So does this mean Sonic Youth is a bad band? Of course not. They are a very good band, with a couple of great records (Goo and Dirty come to mind). I just don’t think Daydream Nation is one of them. As to why I am thinking of this now, I don’t know. It’s not like Daydream Nation is celebrating a seminal anniversary anytime soon. I guess it will be old enough to buy a case of Budweiser come October, but that’s about it. (This was originally going to be an “Everyone Has One…,” piece but 1,300 words later, I realized it had to be its own beast.) So, here I guess is my point: Your friends, and even rock critics, usually know what’s best for you. They really do. But not always, and the final arbiter on whether or not a record is great is you. And even more importantly, I’m writing this so the next time you’re at a party, and someone slides in Daydream Nation, be the guy with the stones that casually turns it off. Oh, sure, people will throw you unbelievable looks of disdain, but deep down, they’ll love you for it.



Jim P. said...

I agree with everything you said about Daydream Nation and disagree with everything you said about 2001. DN is just not that good.

Travis said...

Great point, it needed to be said. A couple of things:

1. I've long harbored similar feelings about DN, but to be fair, I wanted to sit down and listen to it all the way through before I wrote it off completely. However, I started and stopped this endeavor more times than I have done the same with reading Gravity's Rainbow. But whereas the density of GR was the stumbling block, utter boredom kept me from getting through DN.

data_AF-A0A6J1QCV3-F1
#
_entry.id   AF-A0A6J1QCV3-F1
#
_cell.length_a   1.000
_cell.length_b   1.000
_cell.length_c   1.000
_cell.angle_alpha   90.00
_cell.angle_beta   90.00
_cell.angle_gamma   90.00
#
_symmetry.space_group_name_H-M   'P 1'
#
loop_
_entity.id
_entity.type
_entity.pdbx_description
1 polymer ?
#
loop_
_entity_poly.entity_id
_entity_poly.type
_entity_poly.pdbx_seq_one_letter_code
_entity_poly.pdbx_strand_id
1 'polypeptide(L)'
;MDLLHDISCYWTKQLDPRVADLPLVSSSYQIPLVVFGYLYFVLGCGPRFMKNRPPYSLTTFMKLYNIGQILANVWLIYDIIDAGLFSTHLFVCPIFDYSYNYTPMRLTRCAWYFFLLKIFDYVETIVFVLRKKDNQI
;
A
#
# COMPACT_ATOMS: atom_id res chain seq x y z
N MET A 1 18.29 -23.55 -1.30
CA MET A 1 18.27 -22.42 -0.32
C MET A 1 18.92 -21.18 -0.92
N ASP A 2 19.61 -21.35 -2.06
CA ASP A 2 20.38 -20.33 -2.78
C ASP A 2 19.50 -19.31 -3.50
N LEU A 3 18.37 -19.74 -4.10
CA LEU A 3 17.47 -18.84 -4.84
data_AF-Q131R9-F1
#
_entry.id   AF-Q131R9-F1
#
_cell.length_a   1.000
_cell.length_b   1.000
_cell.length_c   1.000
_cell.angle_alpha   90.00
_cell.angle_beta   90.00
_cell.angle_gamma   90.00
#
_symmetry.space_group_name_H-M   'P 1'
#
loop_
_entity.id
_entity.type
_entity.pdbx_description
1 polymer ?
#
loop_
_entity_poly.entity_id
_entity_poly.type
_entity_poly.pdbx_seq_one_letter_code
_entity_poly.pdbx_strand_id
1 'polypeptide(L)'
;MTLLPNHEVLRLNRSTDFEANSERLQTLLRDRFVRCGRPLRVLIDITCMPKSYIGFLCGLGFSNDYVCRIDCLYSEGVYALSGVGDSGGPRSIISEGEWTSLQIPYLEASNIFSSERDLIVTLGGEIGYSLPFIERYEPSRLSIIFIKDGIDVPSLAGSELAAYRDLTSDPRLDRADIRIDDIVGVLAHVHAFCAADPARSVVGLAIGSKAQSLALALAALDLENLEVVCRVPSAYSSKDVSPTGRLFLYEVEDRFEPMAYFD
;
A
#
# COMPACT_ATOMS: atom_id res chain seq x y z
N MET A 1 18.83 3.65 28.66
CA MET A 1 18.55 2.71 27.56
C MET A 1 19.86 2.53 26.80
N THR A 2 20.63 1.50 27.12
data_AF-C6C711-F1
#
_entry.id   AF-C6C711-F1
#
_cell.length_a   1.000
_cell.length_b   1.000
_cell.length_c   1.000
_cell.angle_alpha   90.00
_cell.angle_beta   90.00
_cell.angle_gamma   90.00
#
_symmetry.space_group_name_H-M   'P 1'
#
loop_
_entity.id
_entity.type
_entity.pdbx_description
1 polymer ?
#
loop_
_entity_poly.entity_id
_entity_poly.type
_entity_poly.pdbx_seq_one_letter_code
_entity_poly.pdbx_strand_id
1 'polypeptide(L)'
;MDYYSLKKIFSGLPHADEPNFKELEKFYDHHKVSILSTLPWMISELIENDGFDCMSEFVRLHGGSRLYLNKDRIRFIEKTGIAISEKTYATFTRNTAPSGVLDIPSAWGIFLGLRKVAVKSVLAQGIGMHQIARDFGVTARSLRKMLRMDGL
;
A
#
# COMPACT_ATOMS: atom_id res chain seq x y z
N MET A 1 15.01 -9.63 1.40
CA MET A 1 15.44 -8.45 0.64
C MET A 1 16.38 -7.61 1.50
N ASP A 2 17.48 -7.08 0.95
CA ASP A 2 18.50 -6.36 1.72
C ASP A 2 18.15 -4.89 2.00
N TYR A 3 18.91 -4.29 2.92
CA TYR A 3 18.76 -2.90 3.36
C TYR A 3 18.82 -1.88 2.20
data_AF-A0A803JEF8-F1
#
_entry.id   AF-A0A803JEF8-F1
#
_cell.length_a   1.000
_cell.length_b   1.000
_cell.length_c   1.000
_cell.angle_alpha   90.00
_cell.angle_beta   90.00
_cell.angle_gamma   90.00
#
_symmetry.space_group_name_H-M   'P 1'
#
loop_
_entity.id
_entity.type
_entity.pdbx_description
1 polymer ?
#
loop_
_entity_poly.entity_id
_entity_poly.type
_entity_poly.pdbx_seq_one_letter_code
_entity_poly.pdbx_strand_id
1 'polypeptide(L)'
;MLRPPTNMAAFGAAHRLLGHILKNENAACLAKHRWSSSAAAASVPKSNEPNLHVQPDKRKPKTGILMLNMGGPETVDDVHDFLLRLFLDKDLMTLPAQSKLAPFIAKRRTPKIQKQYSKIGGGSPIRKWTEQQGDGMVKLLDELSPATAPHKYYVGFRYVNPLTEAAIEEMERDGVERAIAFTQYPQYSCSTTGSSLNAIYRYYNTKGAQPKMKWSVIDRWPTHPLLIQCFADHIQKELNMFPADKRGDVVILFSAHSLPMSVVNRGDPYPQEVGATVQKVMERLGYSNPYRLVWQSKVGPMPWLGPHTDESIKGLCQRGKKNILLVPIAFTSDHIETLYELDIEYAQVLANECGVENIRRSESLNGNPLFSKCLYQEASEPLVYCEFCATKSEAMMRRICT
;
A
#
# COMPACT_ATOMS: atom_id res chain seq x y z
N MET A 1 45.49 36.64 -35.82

2. That said, I finally have DN a full and fair listen about a month ago, and actually enjoyed it, but definitely not to the level of praise that is usually heaped upon it.

3. Kim Gordon. Hate her voice. Hate her lyrics.

4. Thurston Moore. Not a big fan of his vocals either.

5. I felt like the art-rock "noise" that this album is often praised for incorporating into a more mainstream rock album, is kind of a cheat. It seemed almost all of it occurs on tacked-on fade-outs.

Alex said...

I haven't seen 2001: A Space Odyssey in years, but I remember that being my reaction.

I think one thing that SY always had going for them is that they're "cool." And I don't mean that in a denigrating way. A couple of quasi-Soho intellectuals forming a rock band, it's a good formula. And they have some songs that are great.

(I meant to mention this, but "The Candle" is also a pretty swell song.)

Jim P. said...

I actually saw Thurston Moore and Kim Gordon on the street a few years ago in Soho. They are both very tall and look pretty horrible.

Brian said...

Travis, read The Crying of Lot 49 first. It's amazing. 2001, on the other hand, is not. It's so boring, and I sat all the way through Gerry.